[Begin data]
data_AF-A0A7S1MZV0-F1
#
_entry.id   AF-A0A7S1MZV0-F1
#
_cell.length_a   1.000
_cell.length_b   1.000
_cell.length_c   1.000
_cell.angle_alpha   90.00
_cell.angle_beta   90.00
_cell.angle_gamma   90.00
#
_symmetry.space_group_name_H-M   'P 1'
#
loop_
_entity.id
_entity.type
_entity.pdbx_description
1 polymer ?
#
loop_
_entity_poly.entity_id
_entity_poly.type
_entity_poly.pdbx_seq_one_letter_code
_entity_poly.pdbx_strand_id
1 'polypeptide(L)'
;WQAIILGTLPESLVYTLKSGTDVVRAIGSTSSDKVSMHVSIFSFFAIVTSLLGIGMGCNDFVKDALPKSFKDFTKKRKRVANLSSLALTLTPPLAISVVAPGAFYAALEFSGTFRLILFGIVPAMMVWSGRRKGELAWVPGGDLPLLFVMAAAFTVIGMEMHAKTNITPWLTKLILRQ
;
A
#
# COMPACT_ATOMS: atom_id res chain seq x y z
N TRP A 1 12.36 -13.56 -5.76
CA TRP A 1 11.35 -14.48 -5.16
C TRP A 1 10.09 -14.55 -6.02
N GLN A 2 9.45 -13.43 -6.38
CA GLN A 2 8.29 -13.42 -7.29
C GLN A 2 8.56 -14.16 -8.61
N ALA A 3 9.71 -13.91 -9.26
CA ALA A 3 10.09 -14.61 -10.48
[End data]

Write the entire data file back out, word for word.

data_AF-A0A7S1MZV0-F1
#
_entry.id   AF-A0A7S1MZV0-F1
#
_cell.length_a   1.000
_cell.length_b   1.000
_cell.length_c   1.000
_cell.angle_alpha   90.00
_cell.angle_beta   90.00
_cell.angle_gamma   90.00
#
_symmetry.space_group_name_H-M   'P 1'
#
loop_
_entity.id
_entity.type
_entity.pdbx_description
1 polymer ?
#
loop_
_entity_poly.entity_id
_entity_poly.type
_entity_poly.pdbx_seq_one_letter_code
_entity_poly.pdbx_strand_id
1 'polypeptide(L)'
;WQAIILGTLPESLVYTLKSGTDVVRAIGSTSSDKVSMHVSIFSFFAIVTSLLGIGMGCNDFVKDALPKSFKDFTKKRKRVANLSSLALTLTPPLAISVVAPGAFYAALEFSGTFRLILFGIVPAMMVWSGRRKGELAWVPGGDLPLLFVMAAAFTVIGMEMHAKTNITPWLTKLILRQ
;
A
#
# COMPACT_ATOMS: atom_id res chain seq x y z
N TRP A 1 12.36 -13.56 -5.76
CA TRP A 1 11.35 -14.48 -5.16
C TRP A 1 10.09 -14.55 -6.02
N GLN A 2 9.45 -13.43 -6.38
CA GLN A 2 8.29 -13.42 -7.29
C GLN A 2 8.56 -14.16 -8.61
N ALA A 3 9.71 -13.91 -9.26
CA ALA A 3 10.09 -14.61 -10.48